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Cannabis : A heavenly gift with heavenly benefits
A land so diverse in its cultures, India is a melting pot for tales and traditions revolving around the world of the divine. The heroes and their morals so influential they are something everyone aspires to be. So impactful have these stories been that they’ve ingrained themselves into a part of everyday society, more than we realise. These practices and rituals regaled through these divine tales have now become integral to many customs and traditions in the modern world.
When it comes to rituals influenced by the world of ancient mythology there is one that often stands out for its exceptional journey, and that is the plant Cannabis. The green leafy shrub found in the chilly slopes of the Himalayas has its inception rooted in the tales of the great divine entity Shiva. The bond between Shiva and Cannabis runs so deep that the plant has become synonymous with the deity. Cannabis is consumed traditionally as a part of several rituals across cultures. Since time immemorial, it has been a part of several religious & spiritual activities.
A Cosmic Connection
The story of this ancient plant begins during the grand event called Samudra Manthan or churning of the oceans. According to one widely accepted legend, the gods were churning the cosmic oceans to obtain Amrit, the elixir of immortality. As a by-product of this churning, the poison Halahala was created. The poison was an extremely potent venom that was powerful, enough to wipe out all forms of creation. To prevent this destruction, Shiva stepped in and drank the liquid, ridding the world of its evil effects. Deep in agony, the poison turned his throat blue, earning him the title of Neelkanth. To soothe him a concoction of crushed Cannabis leaves was offered to Shiva. Relieved from the poison’s burning sensation with the Cannabis leaves, this tale is often remarked as the beginning of the long history between Shiva and Cannabis.
In the vein of this cosmic churning, a parallel legend exists, where the extensive mixing of the seas led to a few drops of the elixir falling on to the earth. It is said that that land where the drops fell was enriched by its magical powers, giving root to the Cannabis plant, adding on to the divine nature of this plant.
Having saved Shiva from Halahala, it is through this tale, Cannabis came to be known as a plant with healing properties. Having the ability to improve brain function and reduce inflammation, it was often used to cool and calm the body. Many festive rituals hence involve the consumption of Cannabis-based foods. One such practice is the consumption of bhaang or thandai, a sweet milk preparation of Cannabis, on festivals like Mahashivratri and Holi. Taking place during the onset of summer, they are offered as coolants for the people celebrating under the scorching heat of the sun.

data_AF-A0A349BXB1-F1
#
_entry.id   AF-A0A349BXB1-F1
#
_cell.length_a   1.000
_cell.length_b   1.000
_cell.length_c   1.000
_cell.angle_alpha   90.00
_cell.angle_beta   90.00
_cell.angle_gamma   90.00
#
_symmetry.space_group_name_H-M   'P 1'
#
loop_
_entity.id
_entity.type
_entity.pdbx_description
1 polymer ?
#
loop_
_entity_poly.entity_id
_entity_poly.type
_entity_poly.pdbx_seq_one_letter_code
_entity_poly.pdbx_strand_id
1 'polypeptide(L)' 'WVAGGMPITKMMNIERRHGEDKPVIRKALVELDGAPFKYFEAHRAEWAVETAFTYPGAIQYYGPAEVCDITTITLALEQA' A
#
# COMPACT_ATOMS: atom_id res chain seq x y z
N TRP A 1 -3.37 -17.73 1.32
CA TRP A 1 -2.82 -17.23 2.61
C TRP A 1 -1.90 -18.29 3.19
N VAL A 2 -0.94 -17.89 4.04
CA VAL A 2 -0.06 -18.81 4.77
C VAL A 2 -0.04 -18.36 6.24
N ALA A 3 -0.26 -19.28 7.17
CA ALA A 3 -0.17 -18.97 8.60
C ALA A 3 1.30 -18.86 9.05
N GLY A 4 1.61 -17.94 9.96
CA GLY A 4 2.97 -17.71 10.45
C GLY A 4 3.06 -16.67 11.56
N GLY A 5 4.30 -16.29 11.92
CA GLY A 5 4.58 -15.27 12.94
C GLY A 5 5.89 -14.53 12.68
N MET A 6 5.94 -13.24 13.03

The Companion in a Crisis
From the list of varying legends, another popular tale is picked out from the daily domestic life of the two gods Shiva and Parvati. Miffed after an argument between the two, Shiva left his dwelling, seeking shelter near a small land of bushy trees. Exhausted from the tirade, he promptly fell asleep in the surrounding foliage. Awoken from his nap with hunger and anxiety, the Cannabis plant was the one who came to the god’s rescue this time again. Chewing on a few leaves left him feeling rejuvenated and refreshed, improving the sour mood from his past altercations. It is often believed that this event made Cannabis one of the most precious plants in Shiva’s life.
The God of Cannabis
Through the course of these folktales, Bhaang or Cannabis has now become traditionally associated with Shiva, which is why he is often dubbed as the ‘God of Bhaang’. But with this title also comes a common misconception that worshipping Shiva is associated with the recreational consumption of Cannabis. A myth propagated by popular culture. The reality is Shiva himself sought Cannabis as a healer and helper due to its vast medicinal benefits and, hence the plant must be perceived as such too.
While its origins lie in ancient folklore, the benefits of Cannabis have been vastly documented in many Vedic scriptures. In the Atharva Veda, Cannabis is referred to as one of the five herbs which can help create Soma, an elixir for immortality and good health. A rich source of happiness, liberation, and compassion Cannabis has been used in many potions that help relieve anxiety and worry. It has been used as a treatment for a variety of medical conditions, from epilepsy to depression, fever and even as an anaesthetic. Due to its versatile properties, there are many names assigned to the plant, such as Vijaya, Ajaya, Siddha, Madini and Mohini.
Apart from being a healer, Cannabis seeds have several nourishing properties making them a very dense source of nutrients. There are many references to it being called “the food of the gods”. It has been called Indrasana, the food of Indra and Shivabooti, Shiva’s herb.
With an array of life-changing benefits and prestigious names, Cannabis has surpassed the barrier of lores and tales, and cemented itself as a vital part of traditional Indian practices and rituals. The lengthy mentions in Ayurveda further strengthen its abilities to be a truly divine plant. When combined with the marvels of modern medicine, the possibilities to reap the benefits of this ancient herb are endless. With a great power to heal and help the woes of the divine gods, there is no limit to how Cannabis can benefit mankind when completely embraced for its true potential.
Written by Shamooda Amrelia, Doorbeen Creatives